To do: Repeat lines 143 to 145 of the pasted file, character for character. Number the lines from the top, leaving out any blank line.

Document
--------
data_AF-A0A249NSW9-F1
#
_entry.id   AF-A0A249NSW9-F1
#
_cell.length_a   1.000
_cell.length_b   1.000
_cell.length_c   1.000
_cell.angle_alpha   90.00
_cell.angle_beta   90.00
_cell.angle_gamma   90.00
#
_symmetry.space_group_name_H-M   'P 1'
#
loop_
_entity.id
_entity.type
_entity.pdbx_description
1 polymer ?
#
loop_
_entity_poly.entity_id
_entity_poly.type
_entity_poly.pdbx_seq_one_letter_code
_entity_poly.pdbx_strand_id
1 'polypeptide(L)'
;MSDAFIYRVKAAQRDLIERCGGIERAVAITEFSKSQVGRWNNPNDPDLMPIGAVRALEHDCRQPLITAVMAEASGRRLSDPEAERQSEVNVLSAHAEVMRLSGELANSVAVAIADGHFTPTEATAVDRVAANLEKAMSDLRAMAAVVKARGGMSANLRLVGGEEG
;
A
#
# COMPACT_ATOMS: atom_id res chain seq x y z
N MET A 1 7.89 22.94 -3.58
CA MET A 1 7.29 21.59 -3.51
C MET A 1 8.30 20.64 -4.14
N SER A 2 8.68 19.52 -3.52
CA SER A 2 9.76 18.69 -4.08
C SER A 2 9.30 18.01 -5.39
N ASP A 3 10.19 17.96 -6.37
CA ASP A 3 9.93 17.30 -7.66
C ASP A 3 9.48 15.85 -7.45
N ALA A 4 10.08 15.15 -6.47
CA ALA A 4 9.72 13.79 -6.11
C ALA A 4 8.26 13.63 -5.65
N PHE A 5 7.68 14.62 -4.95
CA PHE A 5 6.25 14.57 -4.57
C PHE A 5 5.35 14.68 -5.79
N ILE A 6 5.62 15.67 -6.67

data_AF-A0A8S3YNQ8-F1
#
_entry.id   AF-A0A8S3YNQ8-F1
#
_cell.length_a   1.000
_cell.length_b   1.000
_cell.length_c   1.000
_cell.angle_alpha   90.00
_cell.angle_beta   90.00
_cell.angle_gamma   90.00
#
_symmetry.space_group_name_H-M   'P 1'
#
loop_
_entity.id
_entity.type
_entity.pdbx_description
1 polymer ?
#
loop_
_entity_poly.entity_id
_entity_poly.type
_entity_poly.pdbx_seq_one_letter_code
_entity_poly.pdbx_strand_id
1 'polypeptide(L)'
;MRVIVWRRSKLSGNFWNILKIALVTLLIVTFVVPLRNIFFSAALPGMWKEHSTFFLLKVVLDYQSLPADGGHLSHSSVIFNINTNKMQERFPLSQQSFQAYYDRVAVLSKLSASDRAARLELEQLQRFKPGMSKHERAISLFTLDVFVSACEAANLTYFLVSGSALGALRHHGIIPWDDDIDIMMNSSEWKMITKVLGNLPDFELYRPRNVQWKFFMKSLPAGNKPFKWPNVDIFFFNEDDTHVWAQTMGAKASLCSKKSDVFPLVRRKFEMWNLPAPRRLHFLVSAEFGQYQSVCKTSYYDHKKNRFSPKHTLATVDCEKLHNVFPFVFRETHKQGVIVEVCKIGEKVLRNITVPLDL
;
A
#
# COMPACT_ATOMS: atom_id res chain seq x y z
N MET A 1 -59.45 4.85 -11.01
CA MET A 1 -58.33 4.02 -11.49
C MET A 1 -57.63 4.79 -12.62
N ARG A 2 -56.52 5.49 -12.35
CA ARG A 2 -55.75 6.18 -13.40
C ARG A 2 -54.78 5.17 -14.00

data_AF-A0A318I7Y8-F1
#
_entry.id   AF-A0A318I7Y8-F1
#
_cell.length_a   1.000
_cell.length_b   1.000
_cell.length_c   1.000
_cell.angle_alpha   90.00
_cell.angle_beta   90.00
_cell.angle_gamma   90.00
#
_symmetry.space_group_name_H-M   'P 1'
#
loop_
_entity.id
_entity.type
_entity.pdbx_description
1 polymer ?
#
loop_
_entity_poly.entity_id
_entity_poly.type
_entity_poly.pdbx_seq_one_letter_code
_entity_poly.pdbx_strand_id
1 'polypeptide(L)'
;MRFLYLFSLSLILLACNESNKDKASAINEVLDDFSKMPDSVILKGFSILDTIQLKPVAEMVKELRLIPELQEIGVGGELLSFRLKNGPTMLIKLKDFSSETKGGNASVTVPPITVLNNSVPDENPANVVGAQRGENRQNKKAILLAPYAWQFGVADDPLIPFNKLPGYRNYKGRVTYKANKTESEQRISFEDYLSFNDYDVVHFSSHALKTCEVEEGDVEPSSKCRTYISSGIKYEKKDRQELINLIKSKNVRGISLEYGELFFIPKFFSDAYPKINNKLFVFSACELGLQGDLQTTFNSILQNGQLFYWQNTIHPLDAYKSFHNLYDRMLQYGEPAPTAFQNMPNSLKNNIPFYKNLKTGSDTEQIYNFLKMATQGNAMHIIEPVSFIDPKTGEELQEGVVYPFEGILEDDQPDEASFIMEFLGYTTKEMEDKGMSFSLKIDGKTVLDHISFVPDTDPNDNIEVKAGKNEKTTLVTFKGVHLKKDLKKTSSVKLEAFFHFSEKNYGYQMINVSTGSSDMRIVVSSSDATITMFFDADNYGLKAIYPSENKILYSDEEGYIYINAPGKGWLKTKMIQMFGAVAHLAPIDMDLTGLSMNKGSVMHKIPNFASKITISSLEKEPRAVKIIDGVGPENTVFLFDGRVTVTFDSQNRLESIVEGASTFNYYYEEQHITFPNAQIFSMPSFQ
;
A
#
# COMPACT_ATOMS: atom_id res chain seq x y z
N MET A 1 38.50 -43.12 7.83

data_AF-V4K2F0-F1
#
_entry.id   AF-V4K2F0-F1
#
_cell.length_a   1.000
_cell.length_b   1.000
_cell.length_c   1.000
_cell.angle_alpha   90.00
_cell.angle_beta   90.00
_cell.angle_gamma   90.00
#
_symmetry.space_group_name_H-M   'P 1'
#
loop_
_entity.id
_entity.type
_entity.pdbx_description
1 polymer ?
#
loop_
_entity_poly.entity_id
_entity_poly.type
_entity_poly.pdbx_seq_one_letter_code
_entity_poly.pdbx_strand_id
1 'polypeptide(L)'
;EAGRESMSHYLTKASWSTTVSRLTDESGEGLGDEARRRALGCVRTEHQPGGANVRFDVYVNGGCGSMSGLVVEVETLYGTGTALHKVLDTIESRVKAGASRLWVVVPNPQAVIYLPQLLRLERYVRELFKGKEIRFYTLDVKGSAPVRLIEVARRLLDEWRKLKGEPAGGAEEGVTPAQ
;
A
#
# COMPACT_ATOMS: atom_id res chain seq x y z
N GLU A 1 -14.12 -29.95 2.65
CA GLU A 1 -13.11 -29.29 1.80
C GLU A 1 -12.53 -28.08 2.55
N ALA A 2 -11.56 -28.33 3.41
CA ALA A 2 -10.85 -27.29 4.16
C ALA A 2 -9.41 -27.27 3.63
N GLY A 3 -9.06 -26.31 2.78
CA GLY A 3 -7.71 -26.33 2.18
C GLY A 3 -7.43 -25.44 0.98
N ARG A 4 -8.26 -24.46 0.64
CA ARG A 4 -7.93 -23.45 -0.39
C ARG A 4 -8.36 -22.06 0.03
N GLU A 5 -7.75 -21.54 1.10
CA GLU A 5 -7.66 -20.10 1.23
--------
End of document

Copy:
# COMPACT_ATOMS: atom_id res chain seq x y z
N GLU A 1 -14.12 -29.95 2.65
CA GLU A 1 -13.11 -29.29 1.80